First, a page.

Defamation bill amendment aims to address concerns about venue shopping
Alex Andrade takes a pass on the Senate.

Alex Andrade said new language would put attorneys on the hook for frivolous lawsuits.

Concerns about venue shopping have followed a defamation bill from Session to Session. But Rep. Alex Andrade hopes an amendment to his bill puts fears to rest.

The Pensacola Republican filed a change to his bill (HB 757) to address concerns about plaintiffs bringing actions in sympathetic markets. That especially concerns political outlets.

The new language says plaintiffs can only sue in a county where they reasonably suffered damages. If a judge deems a lawsuit frivolous, the plaintiffs’ attorneys would be partly on the hook for fees, along with the plaintiffs themselves.

“Anyone who claims a frivolous lawsuit can be brought in a painful venue. Good luck finding a lawyer who is willing to do that,” Andrade said.

Of note, Andrade works as a lawyer, and has represented plaintiffs bringing defamation cases. But he has maintained that his lawsuit would not redefine “defamation” under the law or lead to a massive increase in litigation. He also says the bill would apply laws about retractions to electronic media equally.

While Gov. Ron DeSantis first announced a push last year for a defamation update, citing numerous right-wing causes célèbre, it has been conservative media outlets, especially radio stations, sounding the loudest alarms about Andrade’s bill.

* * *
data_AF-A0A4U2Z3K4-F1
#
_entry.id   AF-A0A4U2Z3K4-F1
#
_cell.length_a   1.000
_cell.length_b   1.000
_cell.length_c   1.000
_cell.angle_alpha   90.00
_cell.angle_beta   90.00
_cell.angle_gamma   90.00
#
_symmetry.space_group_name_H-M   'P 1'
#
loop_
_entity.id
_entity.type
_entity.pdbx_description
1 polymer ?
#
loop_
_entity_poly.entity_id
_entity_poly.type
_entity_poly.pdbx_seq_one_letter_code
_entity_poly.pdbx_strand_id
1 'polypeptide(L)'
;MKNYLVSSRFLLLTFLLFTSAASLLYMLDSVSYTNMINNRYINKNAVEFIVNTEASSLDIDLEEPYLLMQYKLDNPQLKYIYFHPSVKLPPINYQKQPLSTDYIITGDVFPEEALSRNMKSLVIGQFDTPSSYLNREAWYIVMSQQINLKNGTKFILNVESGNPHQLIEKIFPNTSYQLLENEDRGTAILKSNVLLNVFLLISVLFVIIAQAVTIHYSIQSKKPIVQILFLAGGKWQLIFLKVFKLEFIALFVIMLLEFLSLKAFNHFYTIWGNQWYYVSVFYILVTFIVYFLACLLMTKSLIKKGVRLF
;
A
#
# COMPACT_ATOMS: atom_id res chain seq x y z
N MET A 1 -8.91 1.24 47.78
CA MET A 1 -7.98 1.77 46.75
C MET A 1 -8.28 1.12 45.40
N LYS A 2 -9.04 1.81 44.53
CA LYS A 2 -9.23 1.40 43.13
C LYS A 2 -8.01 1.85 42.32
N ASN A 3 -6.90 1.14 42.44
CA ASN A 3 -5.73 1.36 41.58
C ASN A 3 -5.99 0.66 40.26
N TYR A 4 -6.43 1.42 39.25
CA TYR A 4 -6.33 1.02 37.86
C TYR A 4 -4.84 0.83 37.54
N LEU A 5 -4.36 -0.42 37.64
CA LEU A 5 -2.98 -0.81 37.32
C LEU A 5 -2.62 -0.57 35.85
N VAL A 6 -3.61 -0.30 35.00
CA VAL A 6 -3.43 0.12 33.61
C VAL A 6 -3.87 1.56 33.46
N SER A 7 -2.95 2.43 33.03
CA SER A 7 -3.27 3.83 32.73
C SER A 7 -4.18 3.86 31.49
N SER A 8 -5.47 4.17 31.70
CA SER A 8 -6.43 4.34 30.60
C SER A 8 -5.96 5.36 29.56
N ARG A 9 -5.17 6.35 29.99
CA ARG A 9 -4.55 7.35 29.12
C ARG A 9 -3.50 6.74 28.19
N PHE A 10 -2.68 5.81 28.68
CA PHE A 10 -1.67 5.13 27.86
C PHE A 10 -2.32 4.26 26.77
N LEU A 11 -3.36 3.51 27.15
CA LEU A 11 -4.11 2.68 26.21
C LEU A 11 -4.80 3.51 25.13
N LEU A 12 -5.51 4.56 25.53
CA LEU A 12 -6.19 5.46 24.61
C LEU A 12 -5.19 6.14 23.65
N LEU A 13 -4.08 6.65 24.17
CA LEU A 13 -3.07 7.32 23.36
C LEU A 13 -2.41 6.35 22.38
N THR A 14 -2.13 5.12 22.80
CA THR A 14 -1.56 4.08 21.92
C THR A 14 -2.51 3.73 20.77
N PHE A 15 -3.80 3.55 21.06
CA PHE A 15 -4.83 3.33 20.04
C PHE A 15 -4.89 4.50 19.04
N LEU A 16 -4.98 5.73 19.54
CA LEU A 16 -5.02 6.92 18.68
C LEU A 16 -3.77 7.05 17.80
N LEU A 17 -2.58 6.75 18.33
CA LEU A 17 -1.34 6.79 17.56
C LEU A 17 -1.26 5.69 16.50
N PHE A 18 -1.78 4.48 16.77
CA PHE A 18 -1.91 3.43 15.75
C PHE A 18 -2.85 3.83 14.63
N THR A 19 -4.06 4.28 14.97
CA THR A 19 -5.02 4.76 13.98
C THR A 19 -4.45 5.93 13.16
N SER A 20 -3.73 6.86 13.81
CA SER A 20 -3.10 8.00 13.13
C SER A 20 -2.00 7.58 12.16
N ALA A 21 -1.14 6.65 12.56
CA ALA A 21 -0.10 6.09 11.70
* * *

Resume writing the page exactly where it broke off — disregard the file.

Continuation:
Counsel for the National Religious Broadcasters sent a letter to House Speaker Paul Renner about the bill on Monday with concerns, and Andrade earlier this month had a testy exchange with James Schwarzel, owner of 92.5 FOX News, about the measure.

Many voiced concerns that plaintiffs and politicians angry at matters on air will sue in liberal areas, hoping to put the case in front of sympathetic juries and Judges.

While Andrade maintains that type of venue shopping can be challenged by attorneys under current law, the language about proving damages occurred in the area where a suit gets filed should erase the fear.

His amendment also includes language on where retractions or corrections for articles published on the internet. If pieces appear online and publishers leave them up following a correction or retraction, the law requires those corrections to appear in the headline or at the beginning of the article in type font as large or larger than the article itself.

“That’s like Gannett does now on online versions of articles,” he said.

Andrade said part of the bill aims to modernize the retraction statutes in Florida law, as online publishing isn’t subject to the same rules as print.

Jacob Ogles

Jacob Ogles has covered politics in Florida since 2000 for regional outlets including SRQ Magazine in Sarasota, The News-Press in Fort Myers and The Daily Commercial in Leesburg. His work has appeared nationally in The Advocate, Wired and other publications. Events like SRQ’s Where The Votes Are workshops made Ogles one of Southwest Florida’s most respected political analysts, and outlets like WWSB ABC 7 and WSRQ Sarasota have featured his insights. He can be reached at [email protected].

One comment

  • Dont Say FLA

    February 20, 2024 at 1:56 pm

    How about holding lawmakers and Flop Govs responsible for frivolous laws they put on the books for campaign purposes only?

Comments are closed.


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